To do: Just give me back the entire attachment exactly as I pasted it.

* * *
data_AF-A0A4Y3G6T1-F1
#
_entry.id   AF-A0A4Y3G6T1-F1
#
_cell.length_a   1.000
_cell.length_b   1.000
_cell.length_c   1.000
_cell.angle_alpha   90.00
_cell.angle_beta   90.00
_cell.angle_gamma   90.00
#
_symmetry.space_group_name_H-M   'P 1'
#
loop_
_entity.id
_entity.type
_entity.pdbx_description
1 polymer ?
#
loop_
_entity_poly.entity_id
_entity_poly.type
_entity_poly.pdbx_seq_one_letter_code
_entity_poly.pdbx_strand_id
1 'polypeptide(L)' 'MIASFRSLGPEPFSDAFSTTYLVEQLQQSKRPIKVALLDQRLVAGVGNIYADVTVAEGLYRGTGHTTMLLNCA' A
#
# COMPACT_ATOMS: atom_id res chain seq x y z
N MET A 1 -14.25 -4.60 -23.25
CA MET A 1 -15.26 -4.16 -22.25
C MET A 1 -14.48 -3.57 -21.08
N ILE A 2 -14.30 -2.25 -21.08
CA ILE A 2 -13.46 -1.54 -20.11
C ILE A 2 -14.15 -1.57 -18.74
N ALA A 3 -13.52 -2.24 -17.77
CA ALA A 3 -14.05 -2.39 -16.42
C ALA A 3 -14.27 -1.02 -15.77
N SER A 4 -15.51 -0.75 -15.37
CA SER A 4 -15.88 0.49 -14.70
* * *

data_AF-A0A4Y3G6T1-F1
#
_entry.id   AF-A0A4Y3G6T1-F1
#
_cell.length_a   1.000
_cell.length_b   1.000
_cell.length_c   1.000
_cell.angle_alpha   90.00
_cell.angle_beta   90.00
_cell.angle_gamma   90.00
#
_symmetry.space_group_name_H-M   'P 1'
#
loop_
_entity.id
_entity.type
_entity.pdbx_description
1 polymer ?
#
loop_
_entity_poly.entity_id
_entity_poly.type
_entity_poly.pdbx_seq_one_letter_code
_entity_poly.pdbx_strand_id
1 'polypeptide(L)' 'MIASFRSLGPEPFSDAFSTTYLVEQLQQSKRPIKVALLDQRLVAGVGNIYADVTVAEGLYRGTGHTTMLLNCA' A
#
# COMPACT_ATOMS: atom_id res chain seq x y z
N MET A 1 -14.25 -4.60 -23.25
CA MET A 1 -15.26 -4.16 -22.25
C MET A 1 -14.48 -3.57 -21.08
N ILE A 2 -14.30 -2.25 -21.08
CA ILE A 2 -13.46 -1.54 -20.11
C ILE A 2 -14.15 -1.57 -18.74
N ALA A 3 -13.52 -2.24 -17.77
CA ALA A 3 -14.05 -2.39 -16.42
C ALA A 3 -14.27 -1.02 -15.77
N SER A 4 -15.51 -0.75 -15.37
CA SER A 4 -15.88 0.49 -14.70